Hot Air on Global Warming


Hot Air on Global Warming.

John Coleman, the weatherman at KUSI in San Diego, has by his own rough estimate performed more than a quarter million weathercasts. It is not a stretch to say that he is largely responsible for the shape of the modern weather report. As the first weatherman on ABC’s Good Morning America in the late ’70s and early ’80s, Coleman pioneered the use of the onscreen satellite technology and computer graphics that are now standard nearly everywhere. In 1982 Coleman used his spare time—and media mogul Frank Batten’s money—to launch the Weather Channel. The idea seemed quixotic then, and his tenure as president ended a year later after an acrimonious split with Batten. But time proved Coleman to be something of a genius—by the time NBC Universal bought it in 2008, it had 85 million viewers and a $3.5 billion price tag.

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Those were the first two acts of Coleman’s career. On a Sunday night in early November 2007, he sat down at his home computer and started to write the 967 words that would launch the third. “It is the greatest scam in history,” he began. “I am amazed, appalled, and highly offended by it. Global Warming: It is a SCAM.”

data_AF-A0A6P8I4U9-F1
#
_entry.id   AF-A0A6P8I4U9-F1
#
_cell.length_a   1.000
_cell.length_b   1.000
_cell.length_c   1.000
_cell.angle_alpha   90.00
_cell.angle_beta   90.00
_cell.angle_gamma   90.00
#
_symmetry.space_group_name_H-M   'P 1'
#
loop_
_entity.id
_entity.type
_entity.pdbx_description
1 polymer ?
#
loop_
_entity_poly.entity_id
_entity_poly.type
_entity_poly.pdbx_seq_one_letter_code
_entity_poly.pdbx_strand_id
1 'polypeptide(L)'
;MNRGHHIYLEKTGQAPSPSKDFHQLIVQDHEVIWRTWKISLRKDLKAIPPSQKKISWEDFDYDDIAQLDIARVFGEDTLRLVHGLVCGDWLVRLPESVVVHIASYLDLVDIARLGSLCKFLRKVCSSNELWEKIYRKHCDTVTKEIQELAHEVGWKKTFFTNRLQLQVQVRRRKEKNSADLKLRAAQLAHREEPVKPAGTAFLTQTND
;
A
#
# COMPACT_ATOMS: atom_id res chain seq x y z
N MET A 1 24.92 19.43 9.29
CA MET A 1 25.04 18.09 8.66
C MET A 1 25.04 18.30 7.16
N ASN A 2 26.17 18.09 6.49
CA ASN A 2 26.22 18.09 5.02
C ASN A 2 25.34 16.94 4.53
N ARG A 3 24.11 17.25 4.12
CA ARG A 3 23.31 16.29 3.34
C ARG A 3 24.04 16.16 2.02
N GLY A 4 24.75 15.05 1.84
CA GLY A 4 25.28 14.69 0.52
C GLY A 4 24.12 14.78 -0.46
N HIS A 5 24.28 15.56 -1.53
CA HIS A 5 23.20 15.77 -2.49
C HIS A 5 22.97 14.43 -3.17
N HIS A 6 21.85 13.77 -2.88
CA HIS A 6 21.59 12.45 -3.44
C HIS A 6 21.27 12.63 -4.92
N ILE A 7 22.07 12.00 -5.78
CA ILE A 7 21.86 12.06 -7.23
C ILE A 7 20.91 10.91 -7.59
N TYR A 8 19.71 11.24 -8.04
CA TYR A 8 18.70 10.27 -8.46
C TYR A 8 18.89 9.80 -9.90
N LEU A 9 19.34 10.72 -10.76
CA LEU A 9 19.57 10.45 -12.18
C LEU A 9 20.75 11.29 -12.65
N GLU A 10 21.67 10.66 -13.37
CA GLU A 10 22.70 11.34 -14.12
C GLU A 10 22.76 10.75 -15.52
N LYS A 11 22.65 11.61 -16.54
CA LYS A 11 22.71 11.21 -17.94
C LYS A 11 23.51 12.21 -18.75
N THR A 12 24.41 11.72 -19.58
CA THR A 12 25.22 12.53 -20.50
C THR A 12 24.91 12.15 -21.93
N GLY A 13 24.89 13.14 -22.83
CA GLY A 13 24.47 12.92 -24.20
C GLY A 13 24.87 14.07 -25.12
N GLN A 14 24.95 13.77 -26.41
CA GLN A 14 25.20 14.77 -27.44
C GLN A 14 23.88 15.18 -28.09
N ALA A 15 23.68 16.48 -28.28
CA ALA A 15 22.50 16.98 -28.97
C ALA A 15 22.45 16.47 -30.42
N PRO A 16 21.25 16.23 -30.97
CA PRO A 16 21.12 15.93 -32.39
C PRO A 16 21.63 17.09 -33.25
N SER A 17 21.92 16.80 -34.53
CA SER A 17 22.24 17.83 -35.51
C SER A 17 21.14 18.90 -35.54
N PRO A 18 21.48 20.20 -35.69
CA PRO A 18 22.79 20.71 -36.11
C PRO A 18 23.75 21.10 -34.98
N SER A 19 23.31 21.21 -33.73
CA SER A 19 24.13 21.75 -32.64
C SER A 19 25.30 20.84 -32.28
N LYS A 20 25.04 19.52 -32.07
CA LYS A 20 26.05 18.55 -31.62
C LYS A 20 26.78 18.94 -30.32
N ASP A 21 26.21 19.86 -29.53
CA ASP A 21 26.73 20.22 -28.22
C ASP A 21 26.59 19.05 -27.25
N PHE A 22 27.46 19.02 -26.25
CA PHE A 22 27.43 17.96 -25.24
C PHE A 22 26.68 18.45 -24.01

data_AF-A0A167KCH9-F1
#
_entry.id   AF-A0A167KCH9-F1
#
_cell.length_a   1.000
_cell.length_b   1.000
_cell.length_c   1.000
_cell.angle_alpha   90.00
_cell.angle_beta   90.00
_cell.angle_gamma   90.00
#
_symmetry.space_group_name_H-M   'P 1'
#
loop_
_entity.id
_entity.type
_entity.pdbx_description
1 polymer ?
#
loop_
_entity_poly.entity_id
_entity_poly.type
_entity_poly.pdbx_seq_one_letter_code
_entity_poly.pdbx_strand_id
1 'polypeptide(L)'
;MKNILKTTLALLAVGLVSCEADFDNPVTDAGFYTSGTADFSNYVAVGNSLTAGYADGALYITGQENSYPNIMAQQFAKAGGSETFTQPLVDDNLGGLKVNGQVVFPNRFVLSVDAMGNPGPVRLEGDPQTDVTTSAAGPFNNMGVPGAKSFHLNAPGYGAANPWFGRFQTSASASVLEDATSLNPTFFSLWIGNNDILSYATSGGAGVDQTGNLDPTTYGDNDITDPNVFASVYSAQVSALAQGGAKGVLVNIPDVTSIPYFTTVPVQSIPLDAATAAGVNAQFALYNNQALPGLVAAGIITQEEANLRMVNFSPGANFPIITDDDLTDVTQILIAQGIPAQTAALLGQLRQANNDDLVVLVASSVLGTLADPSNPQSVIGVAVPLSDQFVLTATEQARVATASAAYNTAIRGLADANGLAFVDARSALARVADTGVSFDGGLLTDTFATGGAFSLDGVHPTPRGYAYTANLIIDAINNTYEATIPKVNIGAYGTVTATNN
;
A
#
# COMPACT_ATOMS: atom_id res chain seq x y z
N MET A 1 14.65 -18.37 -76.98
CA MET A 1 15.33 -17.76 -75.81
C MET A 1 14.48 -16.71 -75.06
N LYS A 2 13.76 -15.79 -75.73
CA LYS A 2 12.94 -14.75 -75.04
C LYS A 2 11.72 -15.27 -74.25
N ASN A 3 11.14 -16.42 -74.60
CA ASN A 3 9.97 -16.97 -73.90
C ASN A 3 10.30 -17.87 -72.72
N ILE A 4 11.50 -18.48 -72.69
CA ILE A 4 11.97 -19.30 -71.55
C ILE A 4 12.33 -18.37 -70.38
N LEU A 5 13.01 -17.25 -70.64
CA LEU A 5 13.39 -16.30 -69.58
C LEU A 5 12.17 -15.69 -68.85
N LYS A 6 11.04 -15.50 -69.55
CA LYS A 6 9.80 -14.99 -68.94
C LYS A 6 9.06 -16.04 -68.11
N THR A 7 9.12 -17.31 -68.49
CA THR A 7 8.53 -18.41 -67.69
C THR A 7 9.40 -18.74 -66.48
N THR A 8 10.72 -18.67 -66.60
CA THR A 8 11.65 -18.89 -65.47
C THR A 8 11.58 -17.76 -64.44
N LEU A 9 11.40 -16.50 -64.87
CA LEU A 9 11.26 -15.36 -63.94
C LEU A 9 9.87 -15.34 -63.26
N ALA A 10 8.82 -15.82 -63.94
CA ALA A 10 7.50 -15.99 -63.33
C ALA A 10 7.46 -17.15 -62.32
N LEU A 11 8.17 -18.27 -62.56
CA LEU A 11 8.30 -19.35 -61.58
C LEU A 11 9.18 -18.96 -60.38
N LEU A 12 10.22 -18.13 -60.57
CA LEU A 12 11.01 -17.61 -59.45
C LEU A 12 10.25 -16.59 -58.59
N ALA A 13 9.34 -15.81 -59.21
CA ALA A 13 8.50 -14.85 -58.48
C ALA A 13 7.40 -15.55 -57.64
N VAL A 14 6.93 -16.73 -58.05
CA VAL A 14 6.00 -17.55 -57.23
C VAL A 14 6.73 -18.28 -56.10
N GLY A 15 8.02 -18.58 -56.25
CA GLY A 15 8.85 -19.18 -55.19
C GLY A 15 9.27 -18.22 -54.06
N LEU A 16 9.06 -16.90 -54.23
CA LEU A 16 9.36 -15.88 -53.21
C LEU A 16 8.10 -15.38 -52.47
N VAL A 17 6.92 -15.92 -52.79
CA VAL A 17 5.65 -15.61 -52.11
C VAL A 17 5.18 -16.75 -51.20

What had set him off was a football game. The Eagles were playing the Cowboys on Sunday Night Football, and as a gesture of environmental awareness—it was “Green Is Universal” week at NBC Universal—the studio lights were cut for portions of the pregame and halftime shows. Coleman, who had been growing increasingly skeptical about global warming for more than a decade, finally snapped. “I couldn’t take it anymore,” he told me. “I did a Howard Beale.”

Skepticism is, of course, the core value of scientific inquiry. But the essay that Coleman wrote, which was published on the website ICECAP, would have more properly been termed rejectionism. Coleman wasn’t arguing against the integrity of a particular conclusion based on careful original research. Instead, he went after the motives of the scientists. Climate researchers, he wrote, “look askance at the rest of us, certain of their superiority. They respect government and disrespect business, particularly big business. They are environmentalists above all else.”

The Drudge Report picked up Coleman’s essay, and within days its author was a cause célèbre on right-wing talk radio and cable television, beaming into Glenn Beck’s CNN show via satellite to elaborate on the scientists’ conspiracy. “They all have an agenda,” Coleman told Beck, “an environmental and political agenda that says, ‘Let’s pile on here, we’re all going to make a lot of money, we’re going to get research grants, we’re going to get awards, we’re going to become famous.’ ”

Soon Coleman was on the conference circuit, a newly minted member of the loose-knit confederation of professional skeptics. His interviews and speeches that have been posted to YouTube have, in some cases, been viewed hundreds of thousands of times.

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